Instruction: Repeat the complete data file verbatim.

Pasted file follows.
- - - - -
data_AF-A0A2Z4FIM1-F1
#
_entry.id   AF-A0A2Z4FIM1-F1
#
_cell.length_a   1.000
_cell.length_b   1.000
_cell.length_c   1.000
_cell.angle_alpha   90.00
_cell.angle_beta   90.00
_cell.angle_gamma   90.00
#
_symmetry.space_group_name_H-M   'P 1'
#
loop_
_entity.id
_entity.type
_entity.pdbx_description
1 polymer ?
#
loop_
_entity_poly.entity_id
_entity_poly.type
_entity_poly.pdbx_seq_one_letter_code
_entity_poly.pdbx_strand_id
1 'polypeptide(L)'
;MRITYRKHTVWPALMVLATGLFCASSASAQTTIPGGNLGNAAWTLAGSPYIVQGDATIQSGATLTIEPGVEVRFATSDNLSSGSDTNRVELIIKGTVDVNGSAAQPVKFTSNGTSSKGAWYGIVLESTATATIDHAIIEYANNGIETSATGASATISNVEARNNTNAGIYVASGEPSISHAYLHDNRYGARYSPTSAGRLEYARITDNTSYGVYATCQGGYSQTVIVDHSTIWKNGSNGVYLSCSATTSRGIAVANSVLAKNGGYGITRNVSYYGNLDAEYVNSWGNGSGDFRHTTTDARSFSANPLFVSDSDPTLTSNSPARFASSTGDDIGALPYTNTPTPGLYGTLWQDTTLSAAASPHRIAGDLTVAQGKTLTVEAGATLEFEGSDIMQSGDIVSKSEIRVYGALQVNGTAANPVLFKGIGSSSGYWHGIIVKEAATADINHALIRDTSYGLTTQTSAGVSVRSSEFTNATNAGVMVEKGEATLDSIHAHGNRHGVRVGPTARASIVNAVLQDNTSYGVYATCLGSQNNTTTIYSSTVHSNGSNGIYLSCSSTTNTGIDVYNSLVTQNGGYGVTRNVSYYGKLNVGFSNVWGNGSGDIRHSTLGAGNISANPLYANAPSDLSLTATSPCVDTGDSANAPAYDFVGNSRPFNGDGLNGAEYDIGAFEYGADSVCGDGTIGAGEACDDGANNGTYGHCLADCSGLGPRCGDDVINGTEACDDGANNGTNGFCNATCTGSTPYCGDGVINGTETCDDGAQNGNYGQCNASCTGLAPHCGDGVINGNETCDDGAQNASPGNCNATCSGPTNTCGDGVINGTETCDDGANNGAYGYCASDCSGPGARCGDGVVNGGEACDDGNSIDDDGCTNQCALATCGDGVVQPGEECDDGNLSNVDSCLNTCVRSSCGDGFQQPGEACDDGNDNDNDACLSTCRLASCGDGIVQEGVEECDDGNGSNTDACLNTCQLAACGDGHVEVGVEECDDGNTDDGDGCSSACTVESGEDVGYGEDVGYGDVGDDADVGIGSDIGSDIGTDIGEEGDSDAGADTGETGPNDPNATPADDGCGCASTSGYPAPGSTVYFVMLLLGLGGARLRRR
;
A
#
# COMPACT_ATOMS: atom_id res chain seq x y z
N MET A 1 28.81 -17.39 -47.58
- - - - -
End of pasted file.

data_AF-A0A2Z4FIM1-F1
#
_entry.id   AF-A0A2Z4FIM1-F1
#
_cell.length_a   1.000
_cell.length_b   1.000
_cell.length_c   1.000
_cell.angle_alpha   90.00
_cell.angle_beta   90.00
_cell.angle_gamma   90.00
#
_symmetry.space_group_name_H-M   'P 1'
#
loop_
_entity.id
_entity.type
_entity.pdbx_description
1 polymer ?
#
loop_
_entity_poly.entity_id
_entity_poly.type
_entity_poly.pdbx_seq_one_letter_code
_entity_poly.pdbx_strand_id
1 'polypeptide(L)'
;MRITYRKHTVWPALMVLATGLFCASSASAQTTIPGGNLGNAAWTLAGSPYIVQGDATIQSGATLTIEPGVEVRFATSDNLSSGSDTNRVELIIKGTVDVNGSAAQPVKFTSNGTSSKGAWYGIVLESTATATIDHAIIEYANNGIETSATGASATISNVEARNNTNAGIYVASGEPSISHAYLHDNRYGARYSPTSAGRLEYARITDNTSYGVYATCQGGYSQTVIVDHSTIWKNGSNGVYLSCSATTSRGIAVANSVLAKNGGYGITRNVSYYGNLDAEYVNSWGNGSGDFRHTTTDARSFSANPLFVSDSDPTLTSNSPARFASSTGDDIGALPYTNTPTPGLYGTLWQDTTLSAAASPHRIAGDLTVAQGKTLTVEAGATLEFEGSDIMQSGDIVSKSEIRVYGALQVNGTAANPVLFKGIGSSSGYWHGIIVKEAATADINHALIRDTSYGLTTQTSAGVSVRSSEFTNATNAGVMVEKGEATLDSIHAHGNRHGVRVGPTARASIVNAVLQDNTSYGVYATCLGSQNNTTTIYSSTVHSNGSNGIYLSCSSTTNTGIDVYNSLVTQNGGYGVTRNVSYYGKLNVGFSNVWGNGSGDIRHSTLGAGNISANPLYANAPSDLSLTATSPCVDTGDSANAPAYDFVGNSRPFNGDGLNGAEYDIGAFEYGADSVCGDGTIGAGEACDDGANNGTYGHCLADCSGLGPRCGDDVINGTEACDDGANNGTNGFCNATCTGSTPYCGDGVINGTETCDDGAQNGNYGQCNASCTGLAPHCGDGVINGNETCDDGAQNASPGNCNATCSGPTNTCGDGVINGTETCDDGANNGAYGYCASDCSGPGARCGDGVVNGGEACDDGNSIDDDGCTNQCALATCGDGVVQPGEECDDGNLSNVDSCLNTCVRSSCGDGFQQPGEACDDGNDNDNDACLSTCRLASCGDGIVQEGVEECDDGNGSNTDACLNTCQLAACGDGHVEVGVEECDDGNTDDGDGCSSACTVESGEDVGYGEDVGYGDVGDDADVGIGSDIGSDIGTDIGEEGDSDAGADTGETGPNDPNATPADDGCGCASTSGYPAPGSTVYFVMLLLGLGGARLRRR
;
A
#
# COMPACT_ATOMS: atom_id res chain seq x y z
N MET A 1 28.81 -17.39 -47.58